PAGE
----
A large unfunded liability will also increase interest rates when the county borrows money, the grand jury states, due to a change in federal accounting rules implemented in 2014.
In order to address its unfunded liability, the Board of Supervisors created a trust fund in 2015 to begin paying off the liability, which the grand jury called a positive step. As of December 2016, the trust held $750,000, according to the grand jury. The proposed 2017-2018 county budget does not propose to place more money into the trust fund.
Nilsen reportedly stated to grand jury that the county is proposing to increase departments’ contributions to the trust fund.
The grand jury states it interviewed county Department of Health and Human Services financial employees who stated that the state and federal funds it receives cannot be used to boost the trust fund because those funds must be used for the purposes they were given.
The grand jury found that there was no legal argument against the department contributing more to the trust fund by increasing the amount of money that is taken from its employees’ salaries.
The grand jury states the department’s “failure” to pay into the trust fund undermines efforts to address the unfunded liability.
DHHS Public Information Officer Christine Messinger deferred all questions to Quincey, stating that the report refers to county issues.
The grand jury report states that this trust fund is not free money, and that investment into the fund will eventually allow the county to pay off its liability and free up more funds to fix roads and infrastructure.
“It will require discipline in spending, and may have a dampening effect on desired increases in a given year, such as for new hiring or raises,” the grand jury states.
The grand jury is recommending the county add $2 million to the trust fund in the upcoming fiscal year that begins on July 1 and to increase all department contributions to the trust fund.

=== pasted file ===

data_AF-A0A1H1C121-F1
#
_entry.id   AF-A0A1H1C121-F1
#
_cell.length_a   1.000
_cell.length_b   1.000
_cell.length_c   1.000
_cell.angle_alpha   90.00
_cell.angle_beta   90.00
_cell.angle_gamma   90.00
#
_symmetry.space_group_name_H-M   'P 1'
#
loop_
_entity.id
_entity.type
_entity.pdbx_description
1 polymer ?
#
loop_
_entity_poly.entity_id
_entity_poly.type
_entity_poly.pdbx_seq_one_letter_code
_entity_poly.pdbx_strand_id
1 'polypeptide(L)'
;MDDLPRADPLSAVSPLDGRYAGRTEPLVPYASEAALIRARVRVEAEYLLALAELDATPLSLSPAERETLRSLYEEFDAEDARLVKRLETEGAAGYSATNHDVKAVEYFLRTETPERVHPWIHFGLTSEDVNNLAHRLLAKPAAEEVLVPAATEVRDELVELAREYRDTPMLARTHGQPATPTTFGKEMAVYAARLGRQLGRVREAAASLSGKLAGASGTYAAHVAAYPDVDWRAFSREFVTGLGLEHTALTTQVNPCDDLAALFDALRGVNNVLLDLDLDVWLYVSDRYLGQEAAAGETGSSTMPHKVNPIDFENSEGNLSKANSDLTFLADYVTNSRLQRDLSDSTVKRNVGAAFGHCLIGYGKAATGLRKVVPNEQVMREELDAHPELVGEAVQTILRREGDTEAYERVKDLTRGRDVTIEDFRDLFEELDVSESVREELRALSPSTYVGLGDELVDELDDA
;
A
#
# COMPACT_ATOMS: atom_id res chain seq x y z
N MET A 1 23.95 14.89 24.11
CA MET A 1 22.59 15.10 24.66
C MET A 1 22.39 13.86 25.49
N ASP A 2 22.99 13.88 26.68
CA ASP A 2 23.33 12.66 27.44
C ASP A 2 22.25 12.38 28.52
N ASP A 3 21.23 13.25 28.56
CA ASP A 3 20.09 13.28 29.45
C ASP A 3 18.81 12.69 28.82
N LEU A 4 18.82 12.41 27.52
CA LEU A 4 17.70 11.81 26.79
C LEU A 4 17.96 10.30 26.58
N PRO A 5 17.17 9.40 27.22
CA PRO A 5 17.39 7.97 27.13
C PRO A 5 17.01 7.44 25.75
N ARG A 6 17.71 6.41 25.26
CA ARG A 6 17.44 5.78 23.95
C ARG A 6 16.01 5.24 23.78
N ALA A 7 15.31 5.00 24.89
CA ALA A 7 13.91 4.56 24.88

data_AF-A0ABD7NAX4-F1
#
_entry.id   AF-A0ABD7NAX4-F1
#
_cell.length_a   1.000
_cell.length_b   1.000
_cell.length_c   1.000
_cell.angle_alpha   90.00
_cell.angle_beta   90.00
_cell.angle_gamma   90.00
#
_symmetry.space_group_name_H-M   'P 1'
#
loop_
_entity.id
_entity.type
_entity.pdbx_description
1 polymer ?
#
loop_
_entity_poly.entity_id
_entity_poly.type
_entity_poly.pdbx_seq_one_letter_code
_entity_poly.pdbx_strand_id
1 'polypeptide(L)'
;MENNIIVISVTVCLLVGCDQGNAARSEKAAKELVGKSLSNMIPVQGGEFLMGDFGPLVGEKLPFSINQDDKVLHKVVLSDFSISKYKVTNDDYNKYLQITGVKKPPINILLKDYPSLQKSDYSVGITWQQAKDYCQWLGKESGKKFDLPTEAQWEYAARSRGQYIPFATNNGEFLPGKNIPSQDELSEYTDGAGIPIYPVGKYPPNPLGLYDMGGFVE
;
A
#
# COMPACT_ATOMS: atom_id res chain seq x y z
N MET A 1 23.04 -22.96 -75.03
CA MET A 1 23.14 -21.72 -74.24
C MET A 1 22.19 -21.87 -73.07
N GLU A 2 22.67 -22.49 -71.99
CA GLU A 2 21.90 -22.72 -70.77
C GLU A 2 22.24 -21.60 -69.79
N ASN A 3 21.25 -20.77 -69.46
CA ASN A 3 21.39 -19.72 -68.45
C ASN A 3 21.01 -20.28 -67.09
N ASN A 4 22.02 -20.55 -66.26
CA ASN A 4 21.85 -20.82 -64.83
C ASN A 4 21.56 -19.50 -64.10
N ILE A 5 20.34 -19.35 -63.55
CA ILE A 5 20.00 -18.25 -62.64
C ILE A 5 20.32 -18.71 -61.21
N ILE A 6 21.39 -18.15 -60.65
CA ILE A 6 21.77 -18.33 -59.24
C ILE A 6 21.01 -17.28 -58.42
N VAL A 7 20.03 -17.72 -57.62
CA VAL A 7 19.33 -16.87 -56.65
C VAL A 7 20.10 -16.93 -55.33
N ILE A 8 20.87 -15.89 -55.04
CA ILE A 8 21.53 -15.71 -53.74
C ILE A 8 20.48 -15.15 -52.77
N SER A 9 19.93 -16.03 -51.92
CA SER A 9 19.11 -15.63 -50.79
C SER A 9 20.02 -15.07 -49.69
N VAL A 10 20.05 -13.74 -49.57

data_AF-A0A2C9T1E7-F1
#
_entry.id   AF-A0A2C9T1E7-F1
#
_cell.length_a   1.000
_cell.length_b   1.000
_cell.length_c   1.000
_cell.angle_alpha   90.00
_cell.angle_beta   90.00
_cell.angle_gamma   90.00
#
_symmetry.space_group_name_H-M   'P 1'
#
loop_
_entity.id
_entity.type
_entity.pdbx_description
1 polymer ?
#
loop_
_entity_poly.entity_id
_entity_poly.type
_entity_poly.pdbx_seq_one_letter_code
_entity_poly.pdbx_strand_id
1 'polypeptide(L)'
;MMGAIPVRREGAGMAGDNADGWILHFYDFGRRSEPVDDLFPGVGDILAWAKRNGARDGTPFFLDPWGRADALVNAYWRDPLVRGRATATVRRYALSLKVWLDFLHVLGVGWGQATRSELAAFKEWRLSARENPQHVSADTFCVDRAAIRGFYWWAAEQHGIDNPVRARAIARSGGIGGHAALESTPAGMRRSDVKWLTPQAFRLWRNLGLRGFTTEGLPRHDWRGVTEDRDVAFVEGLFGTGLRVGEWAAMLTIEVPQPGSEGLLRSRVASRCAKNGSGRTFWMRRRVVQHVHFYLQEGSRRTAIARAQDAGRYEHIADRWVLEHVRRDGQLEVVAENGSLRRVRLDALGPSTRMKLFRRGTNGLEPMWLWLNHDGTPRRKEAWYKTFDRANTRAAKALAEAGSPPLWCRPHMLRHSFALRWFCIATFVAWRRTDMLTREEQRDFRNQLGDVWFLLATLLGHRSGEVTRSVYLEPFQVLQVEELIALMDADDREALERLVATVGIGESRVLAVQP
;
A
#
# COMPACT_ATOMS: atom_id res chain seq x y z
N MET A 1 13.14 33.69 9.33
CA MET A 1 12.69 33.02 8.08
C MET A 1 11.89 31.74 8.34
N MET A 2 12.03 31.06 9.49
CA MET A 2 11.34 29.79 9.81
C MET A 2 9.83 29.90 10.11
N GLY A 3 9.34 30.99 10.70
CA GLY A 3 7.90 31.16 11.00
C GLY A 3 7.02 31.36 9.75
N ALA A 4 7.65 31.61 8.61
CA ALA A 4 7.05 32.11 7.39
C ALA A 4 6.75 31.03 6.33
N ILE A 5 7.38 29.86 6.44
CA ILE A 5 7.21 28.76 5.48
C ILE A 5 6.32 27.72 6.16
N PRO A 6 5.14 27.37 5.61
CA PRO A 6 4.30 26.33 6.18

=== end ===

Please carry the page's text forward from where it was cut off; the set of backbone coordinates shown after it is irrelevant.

The Board of Supervisors, DHHS and County Administrative Office are required to submit responses to the recommendations within 60 to 90 days. Board Chairwoman and 4th District Supervisor Virginia Bass said she will comment on the report after she is able to review it.
The Board of Supervisors’ argument to merge the county sheriff’s office with the Coroner-Public Administrator’s Office starting in 2015 was that it would allow greater access to funding, cut overtime and salary costs and increase personnel, especially for the coroner’s office.
The grand jury report found that most of these arguments have held true two years later, with the coroner’s office budget increasing by 26 percent for the upcoming fiscal year compared to the 2015-2016 fiscal year. The grand jury found that personnel costs have increased due to the addition of another deputy coroner, but stated that is a remedy to the low staffing issues from before.
The grand jury also noted that about $30,000 in sheriff’s office patrol funds had to be shifted to the coroner’s budget to due to high number of homicides in 2016 causing its forensic autopsy costs to go over budget.
The grand jury is recommending Sheriff-Coroner William Honsal consider hiring a civilian to take over duties of the public administrator position in order to cut costs and to demand better physical working conditions for the coroner’s office.
The Times-Standard was not able to connect with Honsal on Friday afternoon.
June 9, 2017
By Will Houston